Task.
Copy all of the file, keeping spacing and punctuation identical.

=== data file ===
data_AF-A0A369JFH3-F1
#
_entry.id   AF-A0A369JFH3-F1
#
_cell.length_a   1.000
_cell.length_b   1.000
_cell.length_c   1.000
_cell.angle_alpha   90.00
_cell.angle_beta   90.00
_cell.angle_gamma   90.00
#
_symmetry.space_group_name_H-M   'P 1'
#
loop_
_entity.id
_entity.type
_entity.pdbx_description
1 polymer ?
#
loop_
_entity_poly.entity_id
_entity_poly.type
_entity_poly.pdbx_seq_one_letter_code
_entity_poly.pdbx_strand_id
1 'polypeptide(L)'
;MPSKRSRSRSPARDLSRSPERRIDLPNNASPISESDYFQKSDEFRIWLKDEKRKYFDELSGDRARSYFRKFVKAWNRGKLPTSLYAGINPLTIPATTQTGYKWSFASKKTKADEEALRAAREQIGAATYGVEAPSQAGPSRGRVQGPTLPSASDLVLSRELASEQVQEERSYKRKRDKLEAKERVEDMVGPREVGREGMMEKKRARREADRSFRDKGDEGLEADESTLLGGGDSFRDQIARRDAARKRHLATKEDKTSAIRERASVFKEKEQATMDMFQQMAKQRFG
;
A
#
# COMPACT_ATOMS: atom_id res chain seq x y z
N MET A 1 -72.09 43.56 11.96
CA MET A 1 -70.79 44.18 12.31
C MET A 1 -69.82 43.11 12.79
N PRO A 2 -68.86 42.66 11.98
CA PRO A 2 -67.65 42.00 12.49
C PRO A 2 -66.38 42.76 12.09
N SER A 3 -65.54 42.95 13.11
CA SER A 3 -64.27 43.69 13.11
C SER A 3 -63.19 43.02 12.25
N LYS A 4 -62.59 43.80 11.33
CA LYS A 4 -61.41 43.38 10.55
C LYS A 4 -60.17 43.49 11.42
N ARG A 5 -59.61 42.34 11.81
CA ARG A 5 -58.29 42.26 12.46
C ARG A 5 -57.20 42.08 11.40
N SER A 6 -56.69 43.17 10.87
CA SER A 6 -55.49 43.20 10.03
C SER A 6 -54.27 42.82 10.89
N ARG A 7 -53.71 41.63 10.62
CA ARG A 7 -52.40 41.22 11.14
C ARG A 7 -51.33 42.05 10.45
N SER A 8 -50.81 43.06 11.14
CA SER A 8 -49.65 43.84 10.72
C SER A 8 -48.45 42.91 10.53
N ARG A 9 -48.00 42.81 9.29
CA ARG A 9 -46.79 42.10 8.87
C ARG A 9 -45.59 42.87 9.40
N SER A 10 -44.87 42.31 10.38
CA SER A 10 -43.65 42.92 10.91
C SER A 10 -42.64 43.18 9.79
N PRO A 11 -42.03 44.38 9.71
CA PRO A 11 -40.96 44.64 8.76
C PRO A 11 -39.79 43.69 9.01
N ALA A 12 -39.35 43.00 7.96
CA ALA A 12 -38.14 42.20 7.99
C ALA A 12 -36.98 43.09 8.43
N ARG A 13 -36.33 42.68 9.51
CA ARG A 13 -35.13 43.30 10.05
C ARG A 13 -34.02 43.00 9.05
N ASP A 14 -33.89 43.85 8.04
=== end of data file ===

data_AF-A0A369JFH3-F1
#
_entry.id   AF-A0A369JFH3-F1
#
_cell.length_a   1.000
_cell.length_b   1.000
_cell.length_c   1.000
_cell.angle_alpha   90.00
_cell.angle_beta   90.00
_cell.angle_gamma   90.00
#
_symmetry.space_group_name_H-M   'P 1'
#
loop_
_entity.id
_entity.type
_entity.pdbx_description
1 polymer ?
#
loop_
_entity_poly.entity_id
_entity_poly.type
_entity_poly.pdbx_seq_one_letter_code
_entity_poly.pdbx_strand_id
1 'polypeptide(L)'
;MPSKRSRSRSPARDLSRSPERRIDLPNNASPISESDYFQKSDEFRIWLKDEKRKYFDELSGDRARSYFRKFVKAWNRGKLPTSLYAGINPLTIPATTQTGYKWSFASKKTKADEEALRAAREQIGAATYGVEAPSQAGPSRGRVQGPTLPSASDLVLSRELASEQVQEERSYKRKRDKLEAKERVEDMVGPREVGREGMMEKKRARREADRSFRDKGDEGLEADESTLLGGGDSFRDQIARRDAARKRHLATKEDKTSAIRERASVFKEKEQATMDMFQQMAKQRFG
;
A
#
# COMPACT_ATOMS: atom_id res chain seq x y z
N MET A 1 -72.09 43.56 11.96
CA MET A 1 -70.79 44.18 12.31
C MET A 1 -69.82 43.11 12.79
N PRO A 2 -68.86 42.66 11.98
CA PRO A 2 -67.65 42.00 12.49
C PRO A 2 -66.38 42.76 12.09
N SER A 3 -65.54 42.95 13.11
CA SER A 3 -64.27 43.69 13.11
C SER A 3 -63.19 43.02 12.25
N LYS A 4 -62.59 43.80 11.33
CA LYS A 4 -61.41 43.38 10.55
C LYS A 4 -60.17 43.49 11.42
N ARG A 5 -59.61 42.34 11.81
CA ARG A 5 -58.29 42.26 12.46
C ARG A 5 -57.20 42.08 11.40
N SER A 6 -56.69 43.17 10.87
CA SER A 6 -55.49 43.20 10.03
C SER A 6 -54.27 42.82 10.89
N ARG A 7 -53.71 41.63 10.62
CA ARG A 7 -52.40 41.22 11.14
C ARG A 7 -51.33 42.05 10.45
N SER A 8 -50.81 43.06 11.14
CA SER A 8 -49.65 43.84 10.72
C SER A 8 -48.45 42.91 10.53
N ARG A 9 -48.00 42.81 9.29
CA ARG A 9 -46.79 42.10 8.87
C ARG A 9 -45.59 42.87 9.40
N SER A 10 -44.87 42.31 10.38
CA SER A 10 -43.65 42.92 10.91
C SER A 10 -42.64 43.18 9.79
N PRO A 11 -42.03 44.38 9.71
CA PRO A 11 -40.96 44.64 8.76
C PRO A 11 -39.79 43.69 9.01
N ALA A 12 -39.35 43.00 7.96
CA ALA A 12 -38.14 42.20 7.99
C ALA A 12 -36.98 43.09 8.43
N ARG A 13 -36.33 42.68 9.51
CA ARG A 13 -35.13 43.30 10.05
C ARG A 13 -34.02 43.00 9.05
N ASP A 14 -33.89 43.85 8.04